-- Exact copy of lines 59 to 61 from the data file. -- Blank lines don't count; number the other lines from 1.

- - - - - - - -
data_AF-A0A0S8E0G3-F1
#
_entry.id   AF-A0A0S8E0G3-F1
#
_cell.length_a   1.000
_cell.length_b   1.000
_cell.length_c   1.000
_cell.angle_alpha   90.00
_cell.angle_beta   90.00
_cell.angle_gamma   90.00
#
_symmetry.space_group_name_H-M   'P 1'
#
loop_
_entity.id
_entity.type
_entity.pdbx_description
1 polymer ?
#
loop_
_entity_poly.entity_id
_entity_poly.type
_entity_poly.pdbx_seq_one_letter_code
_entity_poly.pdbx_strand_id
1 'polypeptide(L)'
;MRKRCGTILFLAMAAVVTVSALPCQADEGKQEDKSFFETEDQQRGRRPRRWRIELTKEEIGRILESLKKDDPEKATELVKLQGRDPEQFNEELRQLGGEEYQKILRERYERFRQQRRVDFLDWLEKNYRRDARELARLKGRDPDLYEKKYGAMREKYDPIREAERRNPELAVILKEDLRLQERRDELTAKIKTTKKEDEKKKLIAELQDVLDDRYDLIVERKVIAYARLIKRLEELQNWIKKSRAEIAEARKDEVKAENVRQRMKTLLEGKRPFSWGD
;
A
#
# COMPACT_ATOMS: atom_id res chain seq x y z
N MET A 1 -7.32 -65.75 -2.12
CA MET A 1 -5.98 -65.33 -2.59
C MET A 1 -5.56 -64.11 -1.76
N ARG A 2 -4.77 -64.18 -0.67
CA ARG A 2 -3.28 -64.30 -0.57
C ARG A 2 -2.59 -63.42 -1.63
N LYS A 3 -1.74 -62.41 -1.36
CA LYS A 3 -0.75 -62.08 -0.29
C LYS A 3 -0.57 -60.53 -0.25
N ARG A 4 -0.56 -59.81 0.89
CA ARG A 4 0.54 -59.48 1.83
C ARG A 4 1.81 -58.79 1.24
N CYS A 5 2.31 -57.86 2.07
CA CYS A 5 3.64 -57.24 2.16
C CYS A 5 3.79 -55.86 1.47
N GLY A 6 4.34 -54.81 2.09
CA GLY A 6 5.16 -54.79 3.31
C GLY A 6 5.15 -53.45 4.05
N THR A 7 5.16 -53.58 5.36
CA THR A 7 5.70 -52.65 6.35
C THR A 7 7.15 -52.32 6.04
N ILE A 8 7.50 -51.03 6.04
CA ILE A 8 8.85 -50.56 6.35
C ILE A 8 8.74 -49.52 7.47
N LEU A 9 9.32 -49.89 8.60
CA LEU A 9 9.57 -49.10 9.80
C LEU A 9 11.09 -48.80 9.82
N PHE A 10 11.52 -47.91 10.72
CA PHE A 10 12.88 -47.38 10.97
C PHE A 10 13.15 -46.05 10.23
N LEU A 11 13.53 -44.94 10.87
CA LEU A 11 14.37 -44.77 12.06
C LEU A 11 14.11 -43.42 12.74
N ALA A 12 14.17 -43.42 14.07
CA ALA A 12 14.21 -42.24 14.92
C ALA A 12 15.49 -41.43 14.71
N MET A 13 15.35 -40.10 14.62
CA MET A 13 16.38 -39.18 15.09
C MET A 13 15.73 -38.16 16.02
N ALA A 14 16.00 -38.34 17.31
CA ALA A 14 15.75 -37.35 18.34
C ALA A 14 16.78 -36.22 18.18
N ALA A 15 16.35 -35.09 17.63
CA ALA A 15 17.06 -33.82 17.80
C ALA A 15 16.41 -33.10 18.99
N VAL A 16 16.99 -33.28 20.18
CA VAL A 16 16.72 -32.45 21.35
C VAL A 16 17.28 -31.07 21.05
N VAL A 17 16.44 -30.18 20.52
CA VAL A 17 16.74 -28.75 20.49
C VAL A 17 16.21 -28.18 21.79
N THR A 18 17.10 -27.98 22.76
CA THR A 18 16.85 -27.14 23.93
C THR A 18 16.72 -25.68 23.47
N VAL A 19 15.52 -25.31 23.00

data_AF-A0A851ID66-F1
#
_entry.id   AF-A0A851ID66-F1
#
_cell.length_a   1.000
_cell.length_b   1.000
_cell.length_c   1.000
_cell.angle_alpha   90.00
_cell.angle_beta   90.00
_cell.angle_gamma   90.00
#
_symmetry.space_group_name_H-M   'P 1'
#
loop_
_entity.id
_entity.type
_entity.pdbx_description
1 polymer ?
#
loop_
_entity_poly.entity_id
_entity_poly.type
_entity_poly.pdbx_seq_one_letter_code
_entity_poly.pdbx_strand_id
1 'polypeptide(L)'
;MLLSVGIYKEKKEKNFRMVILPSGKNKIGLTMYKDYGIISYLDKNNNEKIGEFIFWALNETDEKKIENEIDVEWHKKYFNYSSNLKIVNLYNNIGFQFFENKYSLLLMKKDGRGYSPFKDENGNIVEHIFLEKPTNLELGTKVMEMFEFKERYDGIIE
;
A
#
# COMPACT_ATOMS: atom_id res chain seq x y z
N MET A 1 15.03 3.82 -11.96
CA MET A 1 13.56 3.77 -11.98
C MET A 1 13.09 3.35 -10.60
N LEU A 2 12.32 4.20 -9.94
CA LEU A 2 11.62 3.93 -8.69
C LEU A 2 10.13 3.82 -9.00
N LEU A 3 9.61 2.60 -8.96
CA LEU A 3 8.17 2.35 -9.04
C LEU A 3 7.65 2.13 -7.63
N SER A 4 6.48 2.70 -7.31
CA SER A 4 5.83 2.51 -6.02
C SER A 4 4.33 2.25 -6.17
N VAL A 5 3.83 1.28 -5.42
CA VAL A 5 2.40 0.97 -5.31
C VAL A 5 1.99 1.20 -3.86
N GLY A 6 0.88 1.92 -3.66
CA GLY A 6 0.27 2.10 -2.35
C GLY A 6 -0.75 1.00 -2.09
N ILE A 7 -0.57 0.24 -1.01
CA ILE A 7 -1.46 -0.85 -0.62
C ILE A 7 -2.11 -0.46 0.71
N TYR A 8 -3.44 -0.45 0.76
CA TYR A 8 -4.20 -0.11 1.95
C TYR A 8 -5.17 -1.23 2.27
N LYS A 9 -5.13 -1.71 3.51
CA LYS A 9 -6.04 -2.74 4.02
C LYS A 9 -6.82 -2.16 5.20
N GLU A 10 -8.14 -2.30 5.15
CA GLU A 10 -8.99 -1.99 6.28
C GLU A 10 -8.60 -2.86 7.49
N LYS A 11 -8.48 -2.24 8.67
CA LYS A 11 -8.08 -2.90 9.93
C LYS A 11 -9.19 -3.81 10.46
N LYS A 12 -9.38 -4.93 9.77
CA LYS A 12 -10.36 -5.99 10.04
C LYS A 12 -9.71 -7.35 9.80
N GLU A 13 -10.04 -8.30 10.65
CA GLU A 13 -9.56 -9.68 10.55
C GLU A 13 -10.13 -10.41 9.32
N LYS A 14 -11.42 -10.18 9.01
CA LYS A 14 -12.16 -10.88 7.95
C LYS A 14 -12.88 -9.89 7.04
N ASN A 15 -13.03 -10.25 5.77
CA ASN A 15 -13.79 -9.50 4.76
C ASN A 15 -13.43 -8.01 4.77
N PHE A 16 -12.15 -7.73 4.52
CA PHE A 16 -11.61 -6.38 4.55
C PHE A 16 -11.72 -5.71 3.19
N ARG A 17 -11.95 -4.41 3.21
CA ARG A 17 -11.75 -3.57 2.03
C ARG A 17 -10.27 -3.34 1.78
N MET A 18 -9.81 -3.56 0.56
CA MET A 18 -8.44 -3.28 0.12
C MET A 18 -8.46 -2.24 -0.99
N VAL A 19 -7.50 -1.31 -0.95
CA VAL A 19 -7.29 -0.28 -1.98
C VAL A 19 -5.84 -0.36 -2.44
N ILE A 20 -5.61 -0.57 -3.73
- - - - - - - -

CA PHE A 10 12.88 -47.38 10.97
C PHE A 10 13.15 -46.05 10.23
N LEU A 11 13.53 -44.94 10.87